A Tulsa County fruit grower recently caught a suspicious looking fly that turned out to be the spotted wing drosophila, according to a news release.
Unlike other fruit flies that favor rotting fruit on which to lay eggs, spotted wing drosophila seeks out fruit just reaching maturity.
“What makes SWD potentially more economically important than other fruit flies is its ability to cut into intact fruit, using their serrated ovipositor to inject eggs under the skin,” Eric Rebek, Oklahoma State University Extension entomologist, said in the release. “This allows the subsequent larval stage to be present during ripening and can lead to detection in ripe fruit after harvest.”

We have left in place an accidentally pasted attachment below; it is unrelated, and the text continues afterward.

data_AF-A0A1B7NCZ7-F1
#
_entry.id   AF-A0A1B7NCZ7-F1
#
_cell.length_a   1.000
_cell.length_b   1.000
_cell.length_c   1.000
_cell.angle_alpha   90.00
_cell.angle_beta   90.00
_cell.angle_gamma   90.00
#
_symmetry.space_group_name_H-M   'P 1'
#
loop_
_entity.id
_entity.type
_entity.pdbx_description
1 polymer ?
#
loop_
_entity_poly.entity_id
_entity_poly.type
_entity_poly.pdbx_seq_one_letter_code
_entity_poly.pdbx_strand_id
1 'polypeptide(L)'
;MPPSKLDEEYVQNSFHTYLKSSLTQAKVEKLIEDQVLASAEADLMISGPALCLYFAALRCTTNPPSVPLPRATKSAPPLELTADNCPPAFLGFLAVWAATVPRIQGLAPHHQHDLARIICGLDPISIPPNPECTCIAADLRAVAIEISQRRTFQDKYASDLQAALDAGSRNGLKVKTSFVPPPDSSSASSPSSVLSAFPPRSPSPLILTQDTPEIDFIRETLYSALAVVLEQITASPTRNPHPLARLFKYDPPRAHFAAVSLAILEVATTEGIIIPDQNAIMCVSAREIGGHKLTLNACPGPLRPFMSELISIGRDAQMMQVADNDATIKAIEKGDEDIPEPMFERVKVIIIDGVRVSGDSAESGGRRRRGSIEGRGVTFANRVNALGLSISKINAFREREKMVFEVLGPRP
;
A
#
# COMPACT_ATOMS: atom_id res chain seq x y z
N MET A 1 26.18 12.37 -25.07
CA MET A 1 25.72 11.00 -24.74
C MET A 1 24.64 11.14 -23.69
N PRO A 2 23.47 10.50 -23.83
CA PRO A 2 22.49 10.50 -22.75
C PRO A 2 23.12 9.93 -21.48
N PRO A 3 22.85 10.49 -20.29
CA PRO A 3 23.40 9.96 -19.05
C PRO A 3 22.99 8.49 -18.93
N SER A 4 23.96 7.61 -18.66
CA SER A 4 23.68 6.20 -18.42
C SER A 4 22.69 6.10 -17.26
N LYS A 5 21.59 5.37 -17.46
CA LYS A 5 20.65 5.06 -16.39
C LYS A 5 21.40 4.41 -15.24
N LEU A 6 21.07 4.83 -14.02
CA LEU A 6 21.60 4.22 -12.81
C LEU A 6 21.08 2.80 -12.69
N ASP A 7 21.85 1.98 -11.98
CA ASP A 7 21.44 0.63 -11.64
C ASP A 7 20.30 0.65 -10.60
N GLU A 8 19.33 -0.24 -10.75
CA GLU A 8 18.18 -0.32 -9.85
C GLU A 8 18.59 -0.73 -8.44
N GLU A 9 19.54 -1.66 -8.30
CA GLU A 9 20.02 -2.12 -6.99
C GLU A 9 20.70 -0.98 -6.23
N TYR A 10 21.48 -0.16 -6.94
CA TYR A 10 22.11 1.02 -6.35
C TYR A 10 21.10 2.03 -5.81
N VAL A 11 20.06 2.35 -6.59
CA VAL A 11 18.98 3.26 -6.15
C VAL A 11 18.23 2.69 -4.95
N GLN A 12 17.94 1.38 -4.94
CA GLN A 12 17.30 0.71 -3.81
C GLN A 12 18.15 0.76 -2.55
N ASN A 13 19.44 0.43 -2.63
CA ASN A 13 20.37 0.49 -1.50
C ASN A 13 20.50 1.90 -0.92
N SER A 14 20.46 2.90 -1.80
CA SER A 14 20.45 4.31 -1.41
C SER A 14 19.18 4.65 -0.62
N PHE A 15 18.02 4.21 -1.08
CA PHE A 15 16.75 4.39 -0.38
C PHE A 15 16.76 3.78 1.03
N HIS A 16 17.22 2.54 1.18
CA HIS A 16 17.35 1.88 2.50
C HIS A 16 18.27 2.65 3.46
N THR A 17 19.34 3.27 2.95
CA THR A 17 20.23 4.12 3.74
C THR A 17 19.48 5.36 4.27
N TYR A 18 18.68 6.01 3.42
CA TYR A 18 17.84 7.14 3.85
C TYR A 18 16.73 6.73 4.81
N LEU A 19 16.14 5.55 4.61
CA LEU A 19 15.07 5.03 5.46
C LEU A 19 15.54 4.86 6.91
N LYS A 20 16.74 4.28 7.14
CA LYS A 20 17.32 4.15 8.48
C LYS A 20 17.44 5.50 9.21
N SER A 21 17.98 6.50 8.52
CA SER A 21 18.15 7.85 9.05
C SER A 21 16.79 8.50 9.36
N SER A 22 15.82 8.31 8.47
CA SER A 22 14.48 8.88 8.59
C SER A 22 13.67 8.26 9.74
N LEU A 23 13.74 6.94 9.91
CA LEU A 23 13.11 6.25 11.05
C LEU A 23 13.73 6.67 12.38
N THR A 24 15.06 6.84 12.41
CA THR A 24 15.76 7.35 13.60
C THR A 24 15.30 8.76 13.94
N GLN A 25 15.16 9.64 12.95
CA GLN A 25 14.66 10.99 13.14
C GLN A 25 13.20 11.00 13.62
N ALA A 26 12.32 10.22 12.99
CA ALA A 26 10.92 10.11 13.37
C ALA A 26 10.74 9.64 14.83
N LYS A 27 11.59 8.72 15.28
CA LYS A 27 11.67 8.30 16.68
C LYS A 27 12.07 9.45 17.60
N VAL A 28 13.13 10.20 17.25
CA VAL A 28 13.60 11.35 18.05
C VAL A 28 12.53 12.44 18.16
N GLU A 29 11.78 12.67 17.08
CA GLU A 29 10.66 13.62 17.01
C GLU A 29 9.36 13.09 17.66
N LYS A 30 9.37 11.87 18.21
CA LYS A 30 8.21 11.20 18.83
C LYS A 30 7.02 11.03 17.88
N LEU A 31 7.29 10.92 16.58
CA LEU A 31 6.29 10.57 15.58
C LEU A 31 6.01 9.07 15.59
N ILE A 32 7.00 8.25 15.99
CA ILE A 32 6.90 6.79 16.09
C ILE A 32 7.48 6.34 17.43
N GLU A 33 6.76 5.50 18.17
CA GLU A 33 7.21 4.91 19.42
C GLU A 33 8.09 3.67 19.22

A native of Southeast Asia, the pest was first detected in California in 2008 and has since spread throughout the Pacific Northwest and Florida.
Last year, it was confirmed in Arkansas, Colorado, Idaho, Illinois, Indiana, Iowa, Kentucky and Minnesota.
Growers can monitor for the pest by building inexpensive traps from drink cups.
View the instructions on the Oklahoma State University website.
Several products are commercially labeled for use on the pest, and growers can reduce population buildups by harvesting on time and removing overripe fruit, according to the release.